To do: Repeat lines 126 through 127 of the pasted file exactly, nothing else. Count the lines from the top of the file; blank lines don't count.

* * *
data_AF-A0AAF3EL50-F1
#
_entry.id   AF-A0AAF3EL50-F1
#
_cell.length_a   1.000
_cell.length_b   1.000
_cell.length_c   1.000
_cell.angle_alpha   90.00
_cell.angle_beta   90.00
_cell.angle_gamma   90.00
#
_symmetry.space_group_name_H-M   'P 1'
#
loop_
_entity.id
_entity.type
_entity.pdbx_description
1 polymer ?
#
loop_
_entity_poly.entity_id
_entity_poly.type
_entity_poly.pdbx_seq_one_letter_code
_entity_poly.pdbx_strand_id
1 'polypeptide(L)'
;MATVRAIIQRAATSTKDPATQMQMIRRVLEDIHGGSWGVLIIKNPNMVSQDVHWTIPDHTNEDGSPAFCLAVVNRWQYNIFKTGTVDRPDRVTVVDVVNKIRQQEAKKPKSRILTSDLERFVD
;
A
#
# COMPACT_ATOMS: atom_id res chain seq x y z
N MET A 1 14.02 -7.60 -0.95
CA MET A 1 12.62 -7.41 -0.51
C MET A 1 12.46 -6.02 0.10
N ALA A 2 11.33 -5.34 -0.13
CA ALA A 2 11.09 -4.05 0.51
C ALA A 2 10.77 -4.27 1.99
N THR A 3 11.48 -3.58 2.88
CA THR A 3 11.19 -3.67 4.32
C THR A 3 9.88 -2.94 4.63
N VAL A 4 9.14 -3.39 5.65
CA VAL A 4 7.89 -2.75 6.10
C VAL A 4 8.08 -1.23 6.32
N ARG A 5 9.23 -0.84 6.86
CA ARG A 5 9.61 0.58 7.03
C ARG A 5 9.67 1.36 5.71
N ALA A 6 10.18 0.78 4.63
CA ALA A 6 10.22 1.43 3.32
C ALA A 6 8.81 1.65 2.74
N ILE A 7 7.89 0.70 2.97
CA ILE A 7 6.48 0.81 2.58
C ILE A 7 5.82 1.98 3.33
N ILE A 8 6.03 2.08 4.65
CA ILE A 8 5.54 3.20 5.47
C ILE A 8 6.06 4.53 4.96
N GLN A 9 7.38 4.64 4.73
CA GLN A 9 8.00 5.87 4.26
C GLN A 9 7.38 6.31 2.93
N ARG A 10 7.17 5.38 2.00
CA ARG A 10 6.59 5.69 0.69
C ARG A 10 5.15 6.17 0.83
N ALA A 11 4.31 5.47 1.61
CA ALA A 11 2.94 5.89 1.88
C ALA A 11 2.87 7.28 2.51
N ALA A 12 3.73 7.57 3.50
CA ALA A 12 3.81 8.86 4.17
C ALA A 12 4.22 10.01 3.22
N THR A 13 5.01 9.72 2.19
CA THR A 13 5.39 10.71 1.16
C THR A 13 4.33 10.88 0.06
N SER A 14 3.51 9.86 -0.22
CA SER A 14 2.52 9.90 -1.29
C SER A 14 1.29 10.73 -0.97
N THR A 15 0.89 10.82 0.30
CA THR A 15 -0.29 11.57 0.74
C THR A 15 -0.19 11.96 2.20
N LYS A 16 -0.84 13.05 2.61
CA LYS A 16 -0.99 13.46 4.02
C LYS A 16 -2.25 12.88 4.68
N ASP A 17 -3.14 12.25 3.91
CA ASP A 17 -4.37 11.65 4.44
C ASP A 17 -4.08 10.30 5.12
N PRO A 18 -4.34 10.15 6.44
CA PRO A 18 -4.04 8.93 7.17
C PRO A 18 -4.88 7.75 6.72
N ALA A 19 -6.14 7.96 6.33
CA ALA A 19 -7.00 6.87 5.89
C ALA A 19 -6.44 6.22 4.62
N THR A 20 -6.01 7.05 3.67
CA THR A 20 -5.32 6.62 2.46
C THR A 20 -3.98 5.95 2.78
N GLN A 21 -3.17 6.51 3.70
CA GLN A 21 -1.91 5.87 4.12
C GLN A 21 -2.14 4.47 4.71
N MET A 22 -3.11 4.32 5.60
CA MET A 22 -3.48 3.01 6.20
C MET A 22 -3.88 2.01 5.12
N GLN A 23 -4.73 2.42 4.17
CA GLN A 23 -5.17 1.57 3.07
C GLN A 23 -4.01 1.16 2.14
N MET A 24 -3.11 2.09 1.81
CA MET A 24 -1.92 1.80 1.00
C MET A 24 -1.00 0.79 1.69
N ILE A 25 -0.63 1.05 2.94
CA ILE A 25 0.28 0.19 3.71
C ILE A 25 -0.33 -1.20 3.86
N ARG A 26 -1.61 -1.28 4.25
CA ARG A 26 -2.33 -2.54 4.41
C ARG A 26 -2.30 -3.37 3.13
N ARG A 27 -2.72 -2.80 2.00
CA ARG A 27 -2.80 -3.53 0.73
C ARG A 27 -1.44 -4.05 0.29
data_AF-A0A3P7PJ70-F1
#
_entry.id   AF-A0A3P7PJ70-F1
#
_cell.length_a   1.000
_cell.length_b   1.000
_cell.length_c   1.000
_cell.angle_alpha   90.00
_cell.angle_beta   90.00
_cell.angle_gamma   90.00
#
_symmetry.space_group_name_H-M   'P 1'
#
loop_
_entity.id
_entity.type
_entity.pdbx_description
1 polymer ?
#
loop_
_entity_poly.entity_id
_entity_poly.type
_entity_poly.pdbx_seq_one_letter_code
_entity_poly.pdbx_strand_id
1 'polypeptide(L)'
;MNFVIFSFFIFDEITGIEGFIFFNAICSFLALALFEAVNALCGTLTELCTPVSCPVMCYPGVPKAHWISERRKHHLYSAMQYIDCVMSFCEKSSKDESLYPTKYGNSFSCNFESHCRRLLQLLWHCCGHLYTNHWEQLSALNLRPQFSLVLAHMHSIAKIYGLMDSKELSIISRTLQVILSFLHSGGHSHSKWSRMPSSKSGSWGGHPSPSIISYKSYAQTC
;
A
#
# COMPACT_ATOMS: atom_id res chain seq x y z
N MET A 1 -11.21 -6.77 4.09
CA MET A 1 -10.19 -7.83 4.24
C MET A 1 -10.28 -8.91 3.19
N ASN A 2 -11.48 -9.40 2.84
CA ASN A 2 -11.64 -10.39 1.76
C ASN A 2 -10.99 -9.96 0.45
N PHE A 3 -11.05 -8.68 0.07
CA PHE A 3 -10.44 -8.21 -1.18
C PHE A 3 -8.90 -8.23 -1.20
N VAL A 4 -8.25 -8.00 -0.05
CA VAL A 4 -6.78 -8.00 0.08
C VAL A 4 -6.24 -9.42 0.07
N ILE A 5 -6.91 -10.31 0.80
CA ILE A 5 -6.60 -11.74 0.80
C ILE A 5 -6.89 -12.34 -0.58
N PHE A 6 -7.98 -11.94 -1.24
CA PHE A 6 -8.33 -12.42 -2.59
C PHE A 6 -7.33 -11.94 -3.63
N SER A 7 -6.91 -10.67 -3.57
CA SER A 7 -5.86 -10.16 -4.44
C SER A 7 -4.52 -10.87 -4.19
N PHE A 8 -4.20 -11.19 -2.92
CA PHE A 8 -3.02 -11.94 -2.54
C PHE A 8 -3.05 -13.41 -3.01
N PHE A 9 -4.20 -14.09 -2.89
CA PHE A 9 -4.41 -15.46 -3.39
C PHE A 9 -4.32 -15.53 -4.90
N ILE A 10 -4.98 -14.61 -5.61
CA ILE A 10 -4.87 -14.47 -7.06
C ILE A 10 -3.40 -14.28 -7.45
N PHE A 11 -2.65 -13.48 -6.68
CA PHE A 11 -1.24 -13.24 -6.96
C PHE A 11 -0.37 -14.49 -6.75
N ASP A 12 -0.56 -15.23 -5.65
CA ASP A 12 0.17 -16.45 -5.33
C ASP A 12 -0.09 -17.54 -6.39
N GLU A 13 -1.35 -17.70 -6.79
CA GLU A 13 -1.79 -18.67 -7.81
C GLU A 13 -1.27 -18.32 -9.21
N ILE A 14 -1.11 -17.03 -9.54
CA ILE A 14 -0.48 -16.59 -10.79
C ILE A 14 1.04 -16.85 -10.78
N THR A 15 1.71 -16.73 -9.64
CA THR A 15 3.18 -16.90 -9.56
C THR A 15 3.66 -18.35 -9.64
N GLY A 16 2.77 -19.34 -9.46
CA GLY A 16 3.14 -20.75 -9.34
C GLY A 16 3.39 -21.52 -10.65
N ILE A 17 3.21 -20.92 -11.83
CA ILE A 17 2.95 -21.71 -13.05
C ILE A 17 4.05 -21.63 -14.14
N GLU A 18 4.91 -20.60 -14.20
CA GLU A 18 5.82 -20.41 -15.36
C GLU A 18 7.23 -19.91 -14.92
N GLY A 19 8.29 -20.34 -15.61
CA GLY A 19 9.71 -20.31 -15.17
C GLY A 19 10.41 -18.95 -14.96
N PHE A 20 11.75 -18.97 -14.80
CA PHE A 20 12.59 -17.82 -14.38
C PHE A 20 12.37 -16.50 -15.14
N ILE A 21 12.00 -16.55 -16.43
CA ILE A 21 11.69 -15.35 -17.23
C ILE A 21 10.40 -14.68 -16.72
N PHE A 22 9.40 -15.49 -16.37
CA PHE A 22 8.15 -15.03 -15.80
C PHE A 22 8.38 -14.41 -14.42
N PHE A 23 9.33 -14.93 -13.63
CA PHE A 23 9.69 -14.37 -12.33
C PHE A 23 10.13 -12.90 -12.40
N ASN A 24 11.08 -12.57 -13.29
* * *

_entity.id
_entity.type